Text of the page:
The Black Book

The Black Book                              by Orhan Pamuk


Set in Turkey in 1980, this is seemingly the tale of Galip, a distraught husband whose wife suddenly disappears. As he searches for her, he believes he is being followed and, later, that a numerical code is hidden in his uncle’s newspaper columns. Every other chapter in fact is one of his Uncle Celal’s column’s. Soon he discovers that his uncle is also missing. He believes the answer to the mystery lies in this code.

At one point Galip believes a gigantic eye is watching him. He at first tries to convince himself it is only imagination, but, he tells us, “this imaginary eye kept bearing down on me with ever greater force. I could not escape its stifling and oppressive gaze.”

Orhan Pamuk’s The Black Book  won the Nobel prize in 2006, but for me it was hard to decipher, in spite of this new translation by Maureen Freely. Is this book meant to have political undertones? If so, I think I missed the point. Galip’s search for his wife is frenzied and often descends into a fantasy world of real or imagined characters. We do not find out about his wife until the very end so I won’t spoil that part for you. I also purchased another of Pamuk’s book at the same time but now, I must admit, I dread wading through hundreds of pages of incoherence again.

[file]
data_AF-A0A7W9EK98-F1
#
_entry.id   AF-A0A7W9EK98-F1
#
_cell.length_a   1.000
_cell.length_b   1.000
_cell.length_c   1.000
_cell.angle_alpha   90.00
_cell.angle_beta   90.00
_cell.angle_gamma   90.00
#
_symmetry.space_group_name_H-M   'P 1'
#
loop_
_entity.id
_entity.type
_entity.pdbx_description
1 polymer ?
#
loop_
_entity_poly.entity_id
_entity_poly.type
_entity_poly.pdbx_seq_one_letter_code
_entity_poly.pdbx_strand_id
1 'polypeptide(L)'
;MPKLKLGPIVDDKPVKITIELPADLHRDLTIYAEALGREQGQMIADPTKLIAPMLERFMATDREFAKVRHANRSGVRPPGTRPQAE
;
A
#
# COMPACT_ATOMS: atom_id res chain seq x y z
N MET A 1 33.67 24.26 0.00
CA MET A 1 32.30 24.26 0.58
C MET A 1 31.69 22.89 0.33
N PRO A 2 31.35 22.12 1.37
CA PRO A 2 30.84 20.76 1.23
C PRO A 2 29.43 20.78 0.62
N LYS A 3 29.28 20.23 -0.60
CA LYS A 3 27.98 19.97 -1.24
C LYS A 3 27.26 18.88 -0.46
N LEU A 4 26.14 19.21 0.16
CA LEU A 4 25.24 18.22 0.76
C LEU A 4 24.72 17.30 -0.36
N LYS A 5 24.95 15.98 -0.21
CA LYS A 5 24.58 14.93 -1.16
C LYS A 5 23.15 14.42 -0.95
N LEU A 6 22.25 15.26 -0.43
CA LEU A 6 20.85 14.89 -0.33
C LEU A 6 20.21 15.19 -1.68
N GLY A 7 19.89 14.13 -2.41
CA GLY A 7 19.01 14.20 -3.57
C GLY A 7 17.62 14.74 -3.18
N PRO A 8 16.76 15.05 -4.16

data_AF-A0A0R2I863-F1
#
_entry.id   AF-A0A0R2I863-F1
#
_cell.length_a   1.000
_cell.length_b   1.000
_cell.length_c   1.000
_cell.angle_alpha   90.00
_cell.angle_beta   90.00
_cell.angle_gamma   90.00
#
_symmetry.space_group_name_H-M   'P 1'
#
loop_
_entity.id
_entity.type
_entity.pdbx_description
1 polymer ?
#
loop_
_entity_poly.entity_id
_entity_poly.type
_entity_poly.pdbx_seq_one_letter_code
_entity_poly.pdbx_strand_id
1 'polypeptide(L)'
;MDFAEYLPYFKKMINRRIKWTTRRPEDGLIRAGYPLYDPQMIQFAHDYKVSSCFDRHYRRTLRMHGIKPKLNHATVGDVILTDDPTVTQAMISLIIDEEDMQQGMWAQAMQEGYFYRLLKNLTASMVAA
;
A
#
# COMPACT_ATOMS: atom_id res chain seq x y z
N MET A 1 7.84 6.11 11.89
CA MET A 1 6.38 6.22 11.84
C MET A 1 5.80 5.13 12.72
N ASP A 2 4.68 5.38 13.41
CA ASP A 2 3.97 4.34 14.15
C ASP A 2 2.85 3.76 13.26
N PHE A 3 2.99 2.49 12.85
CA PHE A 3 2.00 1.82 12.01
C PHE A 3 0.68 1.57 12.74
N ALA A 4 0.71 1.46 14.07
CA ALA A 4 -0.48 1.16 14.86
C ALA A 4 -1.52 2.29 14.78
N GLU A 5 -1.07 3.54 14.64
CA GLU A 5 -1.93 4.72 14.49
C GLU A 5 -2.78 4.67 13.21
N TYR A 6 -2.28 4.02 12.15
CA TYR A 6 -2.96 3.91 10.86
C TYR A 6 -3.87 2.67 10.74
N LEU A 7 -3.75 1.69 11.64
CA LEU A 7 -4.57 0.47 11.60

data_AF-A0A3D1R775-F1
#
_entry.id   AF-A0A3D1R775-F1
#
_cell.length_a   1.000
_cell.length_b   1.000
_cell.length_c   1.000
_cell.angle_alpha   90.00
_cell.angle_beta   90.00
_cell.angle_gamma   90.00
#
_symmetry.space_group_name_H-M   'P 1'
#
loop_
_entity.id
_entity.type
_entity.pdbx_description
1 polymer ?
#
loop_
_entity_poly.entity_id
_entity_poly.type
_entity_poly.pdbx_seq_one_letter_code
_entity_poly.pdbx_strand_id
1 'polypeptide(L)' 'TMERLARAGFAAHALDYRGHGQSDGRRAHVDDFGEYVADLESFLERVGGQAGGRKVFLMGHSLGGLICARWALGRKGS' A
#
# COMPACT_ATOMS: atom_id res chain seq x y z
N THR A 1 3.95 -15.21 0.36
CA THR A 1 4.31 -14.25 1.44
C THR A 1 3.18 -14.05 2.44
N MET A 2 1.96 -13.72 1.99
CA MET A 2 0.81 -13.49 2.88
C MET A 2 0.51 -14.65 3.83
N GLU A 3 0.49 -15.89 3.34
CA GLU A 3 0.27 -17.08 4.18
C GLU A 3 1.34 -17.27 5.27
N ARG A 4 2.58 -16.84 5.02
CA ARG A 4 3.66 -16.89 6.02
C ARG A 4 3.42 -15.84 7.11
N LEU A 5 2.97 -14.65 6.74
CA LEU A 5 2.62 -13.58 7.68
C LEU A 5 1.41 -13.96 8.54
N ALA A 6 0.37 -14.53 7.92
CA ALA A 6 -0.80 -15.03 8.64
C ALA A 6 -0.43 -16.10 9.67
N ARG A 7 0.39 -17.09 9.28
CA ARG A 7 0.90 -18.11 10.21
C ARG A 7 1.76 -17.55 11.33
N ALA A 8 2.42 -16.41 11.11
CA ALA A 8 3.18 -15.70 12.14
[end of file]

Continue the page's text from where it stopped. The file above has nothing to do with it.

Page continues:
Although Galip loves American movies, he is also very patriotic and desires to protect his country from foreign influence. He talks a lot about Turkish history and Islamic heroes, but loves Western cars and products. Perhaps he is meant to represent the turmoil in a country that is struggling for freedom but periodicly repressed by military coups.

I do not doubt Pamuk’s great storytelling gift, but I just didn’t get this book. I wanted the story to move along more swiftly, and had to make myself read it to the end.


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